Child’s pose 

Image of yoga pose

(Image credit: Kat Bayly)

Step 1: From all fours, slowly bring your hips back towards your heels. You can keep the knees together or have them apart. Choose the option that feels most comfortable for your body.

Step 2: Extend your arms forward or (my favorite variation) make a pillow with your hands and rest your forehead on the back of your hands.

Step 3: Take 3-5 deep breaths here, sinking your hips back with every exhale.

Step 4: You can always use a cushion under your hips or head to make this posture more comfortable. Remember, you shouldn’t feel any pain in your knees and shouldn’t be straining.

Child’s pose is wonderful for extending your spine and creating space there. You also have a hip and groin opening as well as being able to stretch the lower back muscles and open the shoulders. This is an all round goodie of a posture for mobility.

Wide legged forward bend 

Image of wide legged forward bend

(Image credit: Kat Bayly)

Step 1: Make your way to stand, facing the long side of your yoga mat. Place your feet around a leg’s distance apart, feet parallel to the short sides of your mat.

Step 2: Clasp your hands behind your back, or use a scarf or belt, and lift your chest as you inhale.

Step 3: On an exhale, fold forward allowing your arms to come over your head, as far as is comfortable for you. You can allow your knees to bend, if you prefer.

Step 4: Take 3-5 deep breaths here before pressing into your feet to slowly come up.

This posture is great for stretching the inner thighs and hamstrings. It also opens your hips, ankles and shoulders.

 Triangle pose  

Image of yoga pose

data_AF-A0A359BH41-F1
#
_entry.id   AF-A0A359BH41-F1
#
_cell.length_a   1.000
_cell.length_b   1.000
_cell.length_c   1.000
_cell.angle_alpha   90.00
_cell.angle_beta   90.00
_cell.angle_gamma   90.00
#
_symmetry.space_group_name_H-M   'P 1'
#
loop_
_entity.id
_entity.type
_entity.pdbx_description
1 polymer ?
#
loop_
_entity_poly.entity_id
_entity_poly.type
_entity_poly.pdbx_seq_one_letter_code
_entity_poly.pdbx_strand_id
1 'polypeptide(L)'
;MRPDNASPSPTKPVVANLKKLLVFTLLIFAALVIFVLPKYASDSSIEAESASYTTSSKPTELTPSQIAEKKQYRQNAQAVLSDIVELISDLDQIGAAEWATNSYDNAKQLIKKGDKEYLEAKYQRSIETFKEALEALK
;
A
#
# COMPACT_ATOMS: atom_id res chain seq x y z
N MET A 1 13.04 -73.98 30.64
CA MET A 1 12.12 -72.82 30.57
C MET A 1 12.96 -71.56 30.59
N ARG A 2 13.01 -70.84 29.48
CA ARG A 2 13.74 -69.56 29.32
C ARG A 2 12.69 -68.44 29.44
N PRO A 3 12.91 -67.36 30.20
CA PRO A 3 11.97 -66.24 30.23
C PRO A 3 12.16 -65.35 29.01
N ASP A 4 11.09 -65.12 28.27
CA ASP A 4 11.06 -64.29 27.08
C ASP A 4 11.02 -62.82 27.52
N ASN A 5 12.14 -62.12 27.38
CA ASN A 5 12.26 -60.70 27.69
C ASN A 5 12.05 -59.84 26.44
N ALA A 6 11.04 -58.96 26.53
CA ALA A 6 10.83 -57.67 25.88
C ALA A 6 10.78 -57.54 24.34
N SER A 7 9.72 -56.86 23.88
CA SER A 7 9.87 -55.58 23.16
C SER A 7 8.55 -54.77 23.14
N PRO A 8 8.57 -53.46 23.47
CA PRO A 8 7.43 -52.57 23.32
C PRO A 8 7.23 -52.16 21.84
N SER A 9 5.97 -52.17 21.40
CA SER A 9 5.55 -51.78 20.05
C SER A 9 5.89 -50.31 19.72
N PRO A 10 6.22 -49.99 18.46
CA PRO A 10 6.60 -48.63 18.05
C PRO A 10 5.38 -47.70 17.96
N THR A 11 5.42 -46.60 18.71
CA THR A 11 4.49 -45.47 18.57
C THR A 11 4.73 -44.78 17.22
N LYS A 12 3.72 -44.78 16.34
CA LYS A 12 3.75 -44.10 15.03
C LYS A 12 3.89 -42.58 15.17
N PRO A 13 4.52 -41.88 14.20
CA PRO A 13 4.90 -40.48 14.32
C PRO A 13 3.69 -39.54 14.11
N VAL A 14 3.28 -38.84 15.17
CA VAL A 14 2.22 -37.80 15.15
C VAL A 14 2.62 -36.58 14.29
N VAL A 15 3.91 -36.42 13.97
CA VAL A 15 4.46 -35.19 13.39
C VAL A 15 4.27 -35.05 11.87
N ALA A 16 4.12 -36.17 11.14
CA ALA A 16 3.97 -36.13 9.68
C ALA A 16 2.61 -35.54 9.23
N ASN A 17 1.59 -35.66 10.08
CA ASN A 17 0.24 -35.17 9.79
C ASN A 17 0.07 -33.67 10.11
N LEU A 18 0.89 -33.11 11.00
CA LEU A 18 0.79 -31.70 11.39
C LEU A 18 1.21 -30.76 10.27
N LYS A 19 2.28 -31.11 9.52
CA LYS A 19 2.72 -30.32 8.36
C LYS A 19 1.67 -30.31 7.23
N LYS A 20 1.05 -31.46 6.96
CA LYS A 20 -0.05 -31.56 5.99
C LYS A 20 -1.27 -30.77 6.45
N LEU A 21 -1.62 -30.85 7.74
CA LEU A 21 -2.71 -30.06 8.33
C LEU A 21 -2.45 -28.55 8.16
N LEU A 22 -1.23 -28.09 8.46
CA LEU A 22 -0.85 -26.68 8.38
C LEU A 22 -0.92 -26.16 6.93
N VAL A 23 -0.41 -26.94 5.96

(Image credit: Kat Bayly)

Step 1: With your legs wide, turn your right toes out to the short edge of your yoga mat. Turn your left toes in so the foot is on a diagonal.

Step 2: Bring your arms wide, parallel to the floor at shoulder height. Stretch your fingers wide.

Step 3: Inhale and as you exhale, fold down over your right leg. Bringing your hand to your right leg wherever you can reach. Bring your left fingers to point towards the ceiling, palm facing out.

Step 4: Take 3-5 deep breaths here before pressing firmly into your feet and lift up. Repeat, folding over the left leg.

Triangle pose is a deep side stretch, helping to open your torso with its gentle twisting action. It’s also good for opening the hips, groin, ankles and shoulders.

Warrior 2  

Image of yoga pose

(Image credit: Kat Bayly)

Step 1: Keeping your legs wide, turn your right toes out to the short edge of your yoga mat. Turn your left toes in so the foot is on a diagonal.

Step 2: Bring your arms wide, parallel to the floor at shoulder height. Stretch your fingers wide.

Step 3: Inhale and as you exhale, bend into your right knee so your knee stacks above your ankle. Press back into your left leg, planting the outer left foot down.

Step 4: Sink your hips down and take 3 deep breaths before exiting the posture.

Step 5: Repeat on the other side, bending into your left knee.

Warriors are superb for improving the mobility of the knees, ankles, hips and groins, helping to build strength in the leg muscles and opening the joints of the lower body.  

 Standing backbend  

Image of yoga pose

(Image credit: Kat Bayly)

Step 1: Bring your feet to hip distance apart. Press firmly into your feet and engage your thigh muscles.

Step 2: Place your hands on your hips and inhale, lift your chest up. As you exhale, begin to arch back gently, dropping your tailbone and pressing the hips forward.

Step 3: Stay for 3 breaths before pressing into your feet and coming back to a straight spine.

Backbends are perfect for extending the front of the body. This particular one is also beneficial for the knees and shoulders. It also contributes towards keeping your spine healthy to further improve posture and mobility (opens in new tab)

Kat is a yoga teacher with over five years teaching experience with a speciality in supporting injured students. She is qualified to teach Hormone Yoga Therapy and is currently studying to become a Yoga Therapy Practitioner. Alongside this, Kat has written about yoga and mindfulness for T3 and is the founder of Kalindi Yoga.